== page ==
Gathering change data in one place

The change data capture as it is designed and implemented (as I can figure it) is intended to capture data for temporary storage before you transfer it to data warehouse for permanent storage. The data warehouse is intended to have the same schema (no primary or foreign keys) like the OLTP database and you simply copy the rows in the data warehouse. There is no built in way as it was not intended for such use to gather the data all in one place for review.

Schema altering

This brings us to the last problem of altering the schema. If you alter the schema of your OLTP db, you have to change the schema for your data warehouse db. That is no problem when adding columns but what when you delete the columns, and how to then display the data for the user? There is one more thing I think is just pure laziness that Microsoft did not implement. The problem with schema changing is that when you change the schema the change data capture continues to track the same columns (as well as there data type) as before with no input to you that you should do something to start capturing the new columns. It would suffice that when changing the table under change data capture you would get an error that you can not do that until you drop the change data capture for that table, but it seams that was to much for Microsoft.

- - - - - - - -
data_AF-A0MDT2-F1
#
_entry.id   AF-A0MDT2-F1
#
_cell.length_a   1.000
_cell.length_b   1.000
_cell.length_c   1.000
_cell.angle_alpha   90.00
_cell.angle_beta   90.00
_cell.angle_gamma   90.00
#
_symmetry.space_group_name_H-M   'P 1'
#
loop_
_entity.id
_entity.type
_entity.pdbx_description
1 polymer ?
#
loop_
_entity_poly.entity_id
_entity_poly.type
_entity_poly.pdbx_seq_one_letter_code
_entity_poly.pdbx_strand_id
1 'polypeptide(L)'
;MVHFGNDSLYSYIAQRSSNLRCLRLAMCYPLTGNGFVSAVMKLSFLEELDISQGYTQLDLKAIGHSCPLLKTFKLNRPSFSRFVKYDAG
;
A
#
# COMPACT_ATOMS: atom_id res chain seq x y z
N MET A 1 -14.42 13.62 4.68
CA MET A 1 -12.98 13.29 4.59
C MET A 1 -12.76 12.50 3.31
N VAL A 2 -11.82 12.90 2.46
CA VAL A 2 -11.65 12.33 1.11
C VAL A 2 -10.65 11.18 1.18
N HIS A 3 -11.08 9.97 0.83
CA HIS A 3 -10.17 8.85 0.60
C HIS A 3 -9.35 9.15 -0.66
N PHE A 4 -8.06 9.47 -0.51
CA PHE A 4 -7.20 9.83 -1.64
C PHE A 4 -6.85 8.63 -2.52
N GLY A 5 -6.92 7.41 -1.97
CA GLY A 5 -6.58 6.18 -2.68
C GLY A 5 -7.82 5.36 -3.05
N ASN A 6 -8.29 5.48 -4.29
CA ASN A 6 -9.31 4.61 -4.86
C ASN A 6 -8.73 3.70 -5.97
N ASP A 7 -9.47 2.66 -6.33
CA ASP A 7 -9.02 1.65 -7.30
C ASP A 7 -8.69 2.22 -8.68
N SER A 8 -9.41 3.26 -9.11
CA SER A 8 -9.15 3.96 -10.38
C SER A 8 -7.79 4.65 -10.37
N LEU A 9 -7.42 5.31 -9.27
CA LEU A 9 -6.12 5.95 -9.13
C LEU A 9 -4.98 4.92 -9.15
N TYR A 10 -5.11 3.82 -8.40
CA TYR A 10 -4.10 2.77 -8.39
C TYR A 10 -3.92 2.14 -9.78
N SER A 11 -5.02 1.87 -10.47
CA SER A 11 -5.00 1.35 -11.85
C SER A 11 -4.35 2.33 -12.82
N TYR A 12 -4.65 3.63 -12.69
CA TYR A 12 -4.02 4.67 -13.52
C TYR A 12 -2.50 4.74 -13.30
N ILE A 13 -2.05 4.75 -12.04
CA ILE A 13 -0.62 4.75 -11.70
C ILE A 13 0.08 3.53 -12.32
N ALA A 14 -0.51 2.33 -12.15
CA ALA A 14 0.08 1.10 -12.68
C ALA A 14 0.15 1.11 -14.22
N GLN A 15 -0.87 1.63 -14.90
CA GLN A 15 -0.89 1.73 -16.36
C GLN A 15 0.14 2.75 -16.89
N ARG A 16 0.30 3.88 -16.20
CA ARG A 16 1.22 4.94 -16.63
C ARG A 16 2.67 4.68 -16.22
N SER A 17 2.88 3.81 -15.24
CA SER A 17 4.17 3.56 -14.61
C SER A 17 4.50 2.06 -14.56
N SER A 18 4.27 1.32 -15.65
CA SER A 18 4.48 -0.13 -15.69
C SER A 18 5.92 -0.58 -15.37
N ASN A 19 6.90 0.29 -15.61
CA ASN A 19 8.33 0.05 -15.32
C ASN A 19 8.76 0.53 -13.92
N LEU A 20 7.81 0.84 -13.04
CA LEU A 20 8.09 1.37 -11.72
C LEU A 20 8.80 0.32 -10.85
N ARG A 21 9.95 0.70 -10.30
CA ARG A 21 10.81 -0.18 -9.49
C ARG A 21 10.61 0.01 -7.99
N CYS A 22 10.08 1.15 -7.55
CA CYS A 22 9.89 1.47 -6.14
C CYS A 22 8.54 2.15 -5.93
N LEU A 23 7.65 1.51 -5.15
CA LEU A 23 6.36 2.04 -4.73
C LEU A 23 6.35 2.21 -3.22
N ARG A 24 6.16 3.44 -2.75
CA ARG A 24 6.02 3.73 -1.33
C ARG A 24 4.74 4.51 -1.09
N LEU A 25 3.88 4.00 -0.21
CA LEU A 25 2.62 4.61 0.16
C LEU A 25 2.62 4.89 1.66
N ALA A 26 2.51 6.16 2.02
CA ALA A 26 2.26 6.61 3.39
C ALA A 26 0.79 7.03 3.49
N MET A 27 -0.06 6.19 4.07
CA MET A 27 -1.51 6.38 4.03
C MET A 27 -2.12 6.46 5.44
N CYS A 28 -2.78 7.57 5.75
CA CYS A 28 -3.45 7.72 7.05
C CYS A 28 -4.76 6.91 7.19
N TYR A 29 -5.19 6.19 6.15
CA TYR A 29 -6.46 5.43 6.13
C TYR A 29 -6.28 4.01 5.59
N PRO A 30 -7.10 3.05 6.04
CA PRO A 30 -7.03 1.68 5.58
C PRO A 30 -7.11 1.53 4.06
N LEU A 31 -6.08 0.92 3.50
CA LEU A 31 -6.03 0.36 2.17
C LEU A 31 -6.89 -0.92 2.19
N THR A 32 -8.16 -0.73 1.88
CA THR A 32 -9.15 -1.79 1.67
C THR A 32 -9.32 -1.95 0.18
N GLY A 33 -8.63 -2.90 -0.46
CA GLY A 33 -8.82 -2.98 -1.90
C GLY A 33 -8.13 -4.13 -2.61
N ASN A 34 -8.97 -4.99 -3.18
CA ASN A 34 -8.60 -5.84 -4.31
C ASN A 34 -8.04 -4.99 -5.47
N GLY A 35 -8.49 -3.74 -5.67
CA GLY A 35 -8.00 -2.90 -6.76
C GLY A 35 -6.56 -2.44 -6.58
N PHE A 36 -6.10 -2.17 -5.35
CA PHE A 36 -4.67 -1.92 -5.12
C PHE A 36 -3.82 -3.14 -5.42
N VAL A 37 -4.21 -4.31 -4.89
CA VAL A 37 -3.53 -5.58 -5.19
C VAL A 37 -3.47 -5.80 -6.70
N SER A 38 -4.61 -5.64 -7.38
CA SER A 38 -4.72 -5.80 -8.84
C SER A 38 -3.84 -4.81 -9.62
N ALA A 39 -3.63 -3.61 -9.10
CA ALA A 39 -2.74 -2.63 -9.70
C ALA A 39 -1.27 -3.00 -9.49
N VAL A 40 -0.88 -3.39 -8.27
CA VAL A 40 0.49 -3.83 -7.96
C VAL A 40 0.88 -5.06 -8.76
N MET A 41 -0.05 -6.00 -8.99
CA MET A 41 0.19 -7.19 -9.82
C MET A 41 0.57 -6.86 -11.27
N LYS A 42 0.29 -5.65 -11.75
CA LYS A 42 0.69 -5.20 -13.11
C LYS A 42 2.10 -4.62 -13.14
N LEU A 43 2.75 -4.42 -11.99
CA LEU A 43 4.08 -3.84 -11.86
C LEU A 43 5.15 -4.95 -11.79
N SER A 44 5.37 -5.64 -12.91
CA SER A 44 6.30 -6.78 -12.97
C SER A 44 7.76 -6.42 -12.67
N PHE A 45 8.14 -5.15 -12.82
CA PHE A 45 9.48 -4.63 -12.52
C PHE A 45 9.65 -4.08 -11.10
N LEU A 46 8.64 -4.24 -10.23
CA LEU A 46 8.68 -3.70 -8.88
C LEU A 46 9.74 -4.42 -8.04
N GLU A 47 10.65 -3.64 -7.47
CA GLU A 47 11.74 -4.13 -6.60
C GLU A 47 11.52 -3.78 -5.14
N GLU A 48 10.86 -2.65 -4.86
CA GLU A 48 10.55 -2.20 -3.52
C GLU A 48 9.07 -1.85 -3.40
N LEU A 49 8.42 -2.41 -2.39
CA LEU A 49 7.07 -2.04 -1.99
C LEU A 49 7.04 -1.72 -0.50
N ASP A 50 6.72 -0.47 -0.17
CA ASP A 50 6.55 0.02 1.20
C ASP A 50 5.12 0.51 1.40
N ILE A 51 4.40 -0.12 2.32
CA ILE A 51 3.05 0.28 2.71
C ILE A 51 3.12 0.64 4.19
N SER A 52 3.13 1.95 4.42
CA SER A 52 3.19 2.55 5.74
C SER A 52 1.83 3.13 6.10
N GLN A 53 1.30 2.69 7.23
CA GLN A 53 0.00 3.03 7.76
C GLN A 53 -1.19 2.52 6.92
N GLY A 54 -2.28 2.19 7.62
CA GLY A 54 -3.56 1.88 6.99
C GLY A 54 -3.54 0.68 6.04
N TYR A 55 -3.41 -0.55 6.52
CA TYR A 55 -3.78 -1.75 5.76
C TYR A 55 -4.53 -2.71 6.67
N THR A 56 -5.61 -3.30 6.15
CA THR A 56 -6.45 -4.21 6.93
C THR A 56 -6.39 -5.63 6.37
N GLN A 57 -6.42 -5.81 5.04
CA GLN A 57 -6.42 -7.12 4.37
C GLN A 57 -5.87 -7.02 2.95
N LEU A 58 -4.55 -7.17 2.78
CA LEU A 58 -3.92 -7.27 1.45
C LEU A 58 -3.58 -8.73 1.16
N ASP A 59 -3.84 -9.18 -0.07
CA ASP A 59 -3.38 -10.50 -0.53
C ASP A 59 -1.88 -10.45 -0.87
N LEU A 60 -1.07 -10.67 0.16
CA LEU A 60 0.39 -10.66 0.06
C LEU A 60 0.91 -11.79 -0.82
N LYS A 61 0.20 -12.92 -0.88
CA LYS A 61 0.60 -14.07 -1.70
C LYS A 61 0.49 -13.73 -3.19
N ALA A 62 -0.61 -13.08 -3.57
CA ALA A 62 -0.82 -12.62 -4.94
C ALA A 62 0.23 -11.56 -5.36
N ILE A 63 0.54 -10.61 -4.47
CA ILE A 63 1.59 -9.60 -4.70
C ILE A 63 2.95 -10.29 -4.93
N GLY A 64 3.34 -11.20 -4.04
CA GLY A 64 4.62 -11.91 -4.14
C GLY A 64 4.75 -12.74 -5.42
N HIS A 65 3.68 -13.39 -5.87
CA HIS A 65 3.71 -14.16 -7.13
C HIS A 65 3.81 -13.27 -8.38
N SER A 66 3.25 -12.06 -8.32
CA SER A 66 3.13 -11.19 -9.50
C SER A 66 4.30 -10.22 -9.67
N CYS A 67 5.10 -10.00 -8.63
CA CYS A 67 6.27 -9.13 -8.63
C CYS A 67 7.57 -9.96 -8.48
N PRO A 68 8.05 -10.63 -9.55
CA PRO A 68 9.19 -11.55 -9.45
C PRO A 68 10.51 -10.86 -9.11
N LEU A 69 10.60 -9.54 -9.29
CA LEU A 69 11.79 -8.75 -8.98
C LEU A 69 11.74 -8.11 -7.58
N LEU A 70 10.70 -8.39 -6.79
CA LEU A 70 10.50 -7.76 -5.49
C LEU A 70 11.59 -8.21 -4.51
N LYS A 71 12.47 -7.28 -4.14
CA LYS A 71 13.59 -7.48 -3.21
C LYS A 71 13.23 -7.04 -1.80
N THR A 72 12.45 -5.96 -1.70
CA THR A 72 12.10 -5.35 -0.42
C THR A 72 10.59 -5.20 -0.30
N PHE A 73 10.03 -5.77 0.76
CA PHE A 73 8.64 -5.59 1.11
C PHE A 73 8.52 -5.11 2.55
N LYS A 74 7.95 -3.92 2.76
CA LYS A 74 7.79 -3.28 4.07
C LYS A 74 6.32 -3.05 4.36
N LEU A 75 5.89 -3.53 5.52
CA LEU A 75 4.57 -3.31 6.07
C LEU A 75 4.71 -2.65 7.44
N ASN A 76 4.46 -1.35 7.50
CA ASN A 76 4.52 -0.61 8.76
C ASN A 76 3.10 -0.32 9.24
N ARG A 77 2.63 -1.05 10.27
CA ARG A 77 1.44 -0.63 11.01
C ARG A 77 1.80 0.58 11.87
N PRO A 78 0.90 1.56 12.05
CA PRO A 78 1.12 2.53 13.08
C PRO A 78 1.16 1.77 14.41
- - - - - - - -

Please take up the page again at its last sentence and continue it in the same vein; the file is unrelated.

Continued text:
There are workarounds for all of these problems and I will show them in the next article on change data tracking.


SQL server 2008 change data tracking is a welcome addition to SQL server feature list which helps us to create audits for your databases easily with little overhead. With some missing features which have simple workarounds this feature can be used very effectively for auditing your database.

Check back for more articles on change data tracking with the details of implementation and workarounds needed to make the whole thing functional.